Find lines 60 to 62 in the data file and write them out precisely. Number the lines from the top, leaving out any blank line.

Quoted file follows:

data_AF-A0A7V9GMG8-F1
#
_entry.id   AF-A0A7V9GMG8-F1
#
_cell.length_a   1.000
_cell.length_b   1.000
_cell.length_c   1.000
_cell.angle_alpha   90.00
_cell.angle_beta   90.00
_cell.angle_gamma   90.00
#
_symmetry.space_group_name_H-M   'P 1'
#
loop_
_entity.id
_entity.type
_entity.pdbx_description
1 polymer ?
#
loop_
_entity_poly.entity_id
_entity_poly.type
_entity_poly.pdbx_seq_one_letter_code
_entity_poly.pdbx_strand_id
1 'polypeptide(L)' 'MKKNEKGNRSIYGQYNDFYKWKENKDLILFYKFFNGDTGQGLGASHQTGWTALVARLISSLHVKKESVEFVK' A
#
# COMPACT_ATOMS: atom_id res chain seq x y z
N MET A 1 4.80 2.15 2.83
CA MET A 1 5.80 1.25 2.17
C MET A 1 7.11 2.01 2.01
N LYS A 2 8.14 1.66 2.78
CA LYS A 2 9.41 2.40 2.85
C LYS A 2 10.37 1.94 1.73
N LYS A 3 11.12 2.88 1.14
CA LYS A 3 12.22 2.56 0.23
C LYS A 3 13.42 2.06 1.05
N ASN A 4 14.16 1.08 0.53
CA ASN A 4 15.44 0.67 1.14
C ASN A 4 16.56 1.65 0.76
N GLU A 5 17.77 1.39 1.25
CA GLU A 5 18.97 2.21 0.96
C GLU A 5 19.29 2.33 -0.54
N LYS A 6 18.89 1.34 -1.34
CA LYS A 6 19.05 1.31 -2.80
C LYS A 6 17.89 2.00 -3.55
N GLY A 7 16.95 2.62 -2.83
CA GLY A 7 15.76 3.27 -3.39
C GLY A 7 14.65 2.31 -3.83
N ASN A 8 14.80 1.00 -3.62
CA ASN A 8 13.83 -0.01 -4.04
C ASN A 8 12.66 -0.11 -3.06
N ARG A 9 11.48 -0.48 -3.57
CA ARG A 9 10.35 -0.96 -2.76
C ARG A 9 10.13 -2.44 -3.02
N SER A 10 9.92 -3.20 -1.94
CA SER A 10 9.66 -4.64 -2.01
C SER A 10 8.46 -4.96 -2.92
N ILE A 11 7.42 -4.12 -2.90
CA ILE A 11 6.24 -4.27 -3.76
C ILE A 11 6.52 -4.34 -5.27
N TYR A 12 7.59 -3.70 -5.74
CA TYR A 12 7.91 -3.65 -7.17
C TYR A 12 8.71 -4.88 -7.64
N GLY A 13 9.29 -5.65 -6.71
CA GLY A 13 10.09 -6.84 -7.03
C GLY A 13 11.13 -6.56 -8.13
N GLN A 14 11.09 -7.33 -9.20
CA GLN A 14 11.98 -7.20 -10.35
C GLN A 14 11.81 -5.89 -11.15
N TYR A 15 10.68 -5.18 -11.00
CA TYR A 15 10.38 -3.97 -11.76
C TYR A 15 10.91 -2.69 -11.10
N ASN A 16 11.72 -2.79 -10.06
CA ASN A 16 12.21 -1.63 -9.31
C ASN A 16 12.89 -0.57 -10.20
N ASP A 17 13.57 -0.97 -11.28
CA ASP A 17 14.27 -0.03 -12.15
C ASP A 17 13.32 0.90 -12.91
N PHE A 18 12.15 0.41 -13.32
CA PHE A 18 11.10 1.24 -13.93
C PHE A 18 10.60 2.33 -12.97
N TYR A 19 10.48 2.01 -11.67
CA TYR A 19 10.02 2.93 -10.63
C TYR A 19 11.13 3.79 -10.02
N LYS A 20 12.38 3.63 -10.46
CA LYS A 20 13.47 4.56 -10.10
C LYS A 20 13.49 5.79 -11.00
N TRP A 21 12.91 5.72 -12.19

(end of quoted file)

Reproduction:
C ILE A 11 6.52 -4.34 -5.27
N TYR A 12 7.59 -3.70 -5.74
CA TYR A 12 7.91 -3.65 -7.17